The culture of biomedicine is very intricate. Biomedicine is most commonly practiced among our Western culture. It is the study of the body in extreme conditions, treating diseases and ensuring the health of patients. It does this by studying both the anatomy and physiology of the human body. However, you must also take into account the cultural factors when studying biomedicine, not just the biological factors. This is because society has a huge impact on disease and illness. The culture of biomedicine is so important because it is currently the most advanced belief system in the world. In order to really understand how the body functions, how it reacts to specific illnesses, and how to heal, one must study the culture of biomedicine.

To be completely honest, I didn’t have any personal views on dichotomy before this lecture, because I really didn’t know the meaning of it. Now that I understand that it is the separation of contradictory things, I think that my own views come mostly from my parents, friends, and society. Society, such as the television, newspapers, magazines, and the Internet, has a huge impact on us starting at a very young age.

I chose to further analyze the dichotomy of males and females because I think there is such a huge contradiction on this topic, not just in Western culture, but also in cultures all over the world. We accept this dichotomy of gender roles, because our sex is something we are born with. Even in modern culture, different things are expected out of a man than a woman, such as careers and raising a family. Women are expected to be pretty and feminine, and are even still projected to raise the children. On the other hand, men are expected to be physically capable of protecting and providing for their families.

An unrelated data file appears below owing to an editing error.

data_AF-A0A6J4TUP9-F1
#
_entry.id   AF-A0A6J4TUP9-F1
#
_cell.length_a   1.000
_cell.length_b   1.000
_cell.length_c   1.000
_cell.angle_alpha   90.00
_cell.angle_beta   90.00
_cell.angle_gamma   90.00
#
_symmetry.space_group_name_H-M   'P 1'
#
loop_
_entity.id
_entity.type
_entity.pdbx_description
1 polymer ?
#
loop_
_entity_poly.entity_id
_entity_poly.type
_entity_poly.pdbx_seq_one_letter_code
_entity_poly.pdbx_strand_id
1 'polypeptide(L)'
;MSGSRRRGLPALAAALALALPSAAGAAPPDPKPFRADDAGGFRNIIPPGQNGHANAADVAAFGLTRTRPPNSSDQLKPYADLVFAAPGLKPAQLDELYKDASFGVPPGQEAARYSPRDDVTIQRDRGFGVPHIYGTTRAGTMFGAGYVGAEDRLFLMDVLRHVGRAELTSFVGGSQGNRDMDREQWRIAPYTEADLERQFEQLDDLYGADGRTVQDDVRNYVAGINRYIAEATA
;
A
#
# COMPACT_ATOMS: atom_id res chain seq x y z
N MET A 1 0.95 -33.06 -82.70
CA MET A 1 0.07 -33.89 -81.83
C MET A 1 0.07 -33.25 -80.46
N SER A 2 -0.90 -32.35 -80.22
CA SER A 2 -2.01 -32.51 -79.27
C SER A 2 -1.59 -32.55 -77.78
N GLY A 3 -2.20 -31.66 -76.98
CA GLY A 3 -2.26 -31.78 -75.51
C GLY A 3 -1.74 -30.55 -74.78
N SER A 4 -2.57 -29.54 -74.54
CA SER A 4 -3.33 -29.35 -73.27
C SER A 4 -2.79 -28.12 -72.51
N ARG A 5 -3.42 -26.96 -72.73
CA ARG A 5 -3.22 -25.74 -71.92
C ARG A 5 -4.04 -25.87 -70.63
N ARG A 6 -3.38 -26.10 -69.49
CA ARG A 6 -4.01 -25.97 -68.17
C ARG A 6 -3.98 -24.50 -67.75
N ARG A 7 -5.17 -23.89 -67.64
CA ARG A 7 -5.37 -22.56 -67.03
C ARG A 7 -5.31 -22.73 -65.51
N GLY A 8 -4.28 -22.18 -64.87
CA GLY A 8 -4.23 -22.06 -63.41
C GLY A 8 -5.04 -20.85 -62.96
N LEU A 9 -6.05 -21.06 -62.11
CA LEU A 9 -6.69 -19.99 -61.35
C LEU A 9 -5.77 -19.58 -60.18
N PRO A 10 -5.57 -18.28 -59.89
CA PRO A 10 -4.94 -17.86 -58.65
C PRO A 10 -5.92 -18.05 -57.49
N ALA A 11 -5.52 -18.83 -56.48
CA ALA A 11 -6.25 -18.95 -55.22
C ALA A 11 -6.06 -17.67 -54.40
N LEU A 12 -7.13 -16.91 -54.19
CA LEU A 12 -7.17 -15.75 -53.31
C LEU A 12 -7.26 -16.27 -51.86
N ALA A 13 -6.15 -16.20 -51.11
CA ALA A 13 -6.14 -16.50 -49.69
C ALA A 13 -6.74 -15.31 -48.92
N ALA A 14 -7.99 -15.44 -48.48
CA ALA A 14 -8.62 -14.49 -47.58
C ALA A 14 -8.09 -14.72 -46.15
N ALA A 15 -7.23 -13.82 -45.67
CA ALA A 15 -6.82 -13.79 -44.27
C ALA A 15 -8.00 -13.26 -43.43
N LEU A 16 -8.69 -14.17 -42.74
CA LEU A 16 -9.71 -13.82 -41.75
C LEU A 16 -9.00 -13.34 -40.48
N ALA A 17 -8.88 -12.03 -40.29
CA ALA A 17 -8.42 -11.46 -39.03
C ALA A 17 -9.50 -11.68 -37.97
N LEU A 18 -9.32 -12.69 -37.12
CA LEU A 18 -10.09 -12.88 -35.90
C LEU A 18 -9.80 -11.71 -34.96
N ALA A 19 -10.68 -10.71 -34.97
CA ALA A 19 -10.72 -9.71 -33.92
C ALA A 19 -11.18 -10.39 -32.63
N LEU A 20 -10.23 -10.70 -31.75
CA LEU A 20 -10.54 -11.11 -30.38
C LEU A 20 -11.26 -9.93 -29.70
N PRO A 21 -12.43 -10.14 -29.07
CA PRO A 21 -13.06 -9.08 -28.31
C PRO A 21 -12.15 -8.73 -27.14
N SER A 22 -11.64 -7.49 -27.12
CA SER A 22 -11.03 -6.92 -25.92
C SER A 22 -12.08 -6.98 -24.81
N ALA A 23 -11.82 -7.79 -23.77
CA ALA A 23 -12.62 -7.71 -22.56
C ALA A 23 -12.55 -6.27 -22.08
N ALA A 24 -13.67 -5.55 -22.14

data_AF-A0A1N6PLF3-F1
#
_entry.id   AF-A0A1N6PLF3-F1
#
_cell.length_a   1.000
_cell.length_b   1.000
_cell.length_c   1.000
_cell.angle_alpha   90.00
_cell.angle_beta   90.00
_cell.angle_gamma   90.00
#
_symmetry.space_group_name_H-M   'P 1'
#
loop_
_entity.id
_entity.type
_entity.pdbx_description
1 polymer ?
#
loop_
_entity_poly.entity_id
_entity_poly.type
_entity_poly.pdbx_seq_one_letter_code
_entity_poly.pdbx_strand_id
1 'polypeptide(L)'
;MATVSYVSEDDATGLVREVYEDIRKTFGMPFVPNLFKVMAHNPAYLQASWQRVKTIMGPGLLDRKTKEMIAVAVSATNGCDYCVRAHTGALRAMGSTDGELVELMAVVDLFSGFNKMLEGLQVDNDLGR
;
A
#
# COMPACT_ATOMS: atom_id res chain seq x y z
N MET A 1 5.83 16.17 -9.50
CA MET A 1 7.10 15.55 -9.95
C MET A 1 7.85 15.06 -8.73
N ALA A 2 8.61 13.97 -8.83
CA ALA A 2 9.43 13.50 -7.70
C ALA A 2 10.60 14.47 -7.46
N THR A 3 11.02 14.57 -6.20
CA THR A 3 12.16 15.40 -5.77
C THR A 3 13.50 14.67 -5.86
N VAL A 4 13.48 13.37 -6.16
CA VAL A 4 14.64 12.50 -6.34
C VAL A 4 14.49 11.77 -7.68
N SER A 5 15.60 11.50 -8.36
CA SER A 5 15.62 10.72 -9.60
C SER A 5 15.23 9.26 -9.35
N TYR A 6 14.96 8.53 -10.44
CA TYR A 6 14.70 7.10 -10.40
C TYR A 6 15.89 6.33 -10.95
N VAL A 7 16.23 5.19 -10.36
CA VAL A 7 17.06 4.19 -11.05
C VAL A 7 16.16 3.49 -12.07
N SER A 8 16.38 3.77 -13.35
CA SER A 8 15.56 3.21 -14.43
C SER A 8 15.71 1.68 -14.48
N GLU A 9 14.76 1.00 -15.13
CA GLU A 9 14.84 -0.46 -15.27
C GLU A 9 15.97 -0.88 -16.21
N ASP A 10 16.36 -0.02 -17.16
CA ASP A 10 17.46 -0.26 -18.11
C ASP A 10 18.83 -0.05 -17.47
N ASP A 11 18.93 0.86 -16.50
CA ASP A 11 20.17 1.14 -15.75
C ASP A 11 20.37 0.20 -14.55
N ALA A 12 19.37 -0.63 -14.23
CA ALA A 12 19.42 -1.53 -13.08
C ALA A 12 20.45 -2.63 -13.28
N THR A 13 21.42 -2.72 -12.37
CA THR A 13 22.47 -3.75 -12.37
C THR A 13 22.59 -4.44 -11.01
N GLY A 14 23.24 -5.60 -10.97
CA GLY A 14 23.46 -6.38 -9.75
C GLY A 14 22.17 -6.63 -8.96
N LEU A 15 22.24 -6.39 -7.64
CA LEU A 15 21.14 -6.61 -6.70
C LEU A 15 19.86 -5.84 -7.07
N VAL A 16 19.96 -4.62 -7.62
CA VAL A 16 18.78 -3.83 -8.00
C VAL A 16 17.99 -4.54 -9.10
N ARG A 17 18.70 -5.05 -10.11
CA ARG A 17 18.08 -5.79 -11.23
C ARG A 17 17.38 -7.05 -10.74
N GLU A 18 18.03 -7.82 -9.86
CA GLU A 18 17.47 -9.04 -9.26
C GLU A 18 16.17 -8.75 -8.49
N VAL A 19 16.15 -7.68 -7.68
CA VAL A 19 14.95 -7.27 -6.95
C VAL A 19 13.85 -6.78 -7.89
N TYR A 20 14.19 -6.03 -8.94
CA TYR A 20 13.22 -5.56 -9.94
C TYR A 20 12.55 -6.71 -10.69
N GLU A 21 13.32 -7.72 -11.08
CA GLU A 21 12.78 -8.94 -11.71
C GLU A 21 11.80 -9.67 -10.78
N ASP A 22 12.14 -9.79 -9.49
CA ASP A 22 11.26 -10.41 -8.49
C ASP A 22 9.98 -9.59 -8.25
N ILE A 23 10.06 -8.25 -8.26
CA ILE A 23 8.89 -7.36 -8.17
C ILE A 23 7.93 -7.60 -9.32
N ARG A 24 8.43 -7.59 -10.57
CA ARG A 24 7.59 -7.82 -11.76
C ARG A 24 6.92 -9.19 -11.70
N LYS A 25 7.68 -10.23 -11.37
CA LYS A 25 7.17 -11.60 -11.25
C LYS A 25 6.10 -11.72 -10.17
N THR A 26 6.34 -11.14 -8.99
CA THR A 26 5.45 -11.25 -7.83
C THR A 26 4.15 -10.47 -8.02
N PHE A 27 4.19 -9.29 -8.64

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  1. christopher reed says:

    The dichotomy of Male Vs. Female is an interesting topic to look into, especially as we press forward as a society that is beginning to respect the rights of Lesbians, Gays, Bisexuals, and Transgender individuals. I read an article in reuters a few years ago about a 6 year old girl (with male organs) who would have felt more comfortable using a girl’s bathroom than the boys’. The parents had raised the child in a gender-neutral setting, and as she grew older and began to express herself, she identified as a girl even though she had a male anatomy. This type of scenario is an important one to study not only for elementary school bathroom etiquette but also for doctors and health professionals. I always had a male doctor growing up, even though there were female doctors in the office. I assumed this was how things were done. This person would have to see me naked so I figured it had to be a male. With gender roles beginning to change, I’m wondering if that tradition will begin to change as well. The health profession can no longer make assumptions about lifestyle based on sexual anatomy alone. It would be a good idea for medical professionals to better understand this dichotomy.

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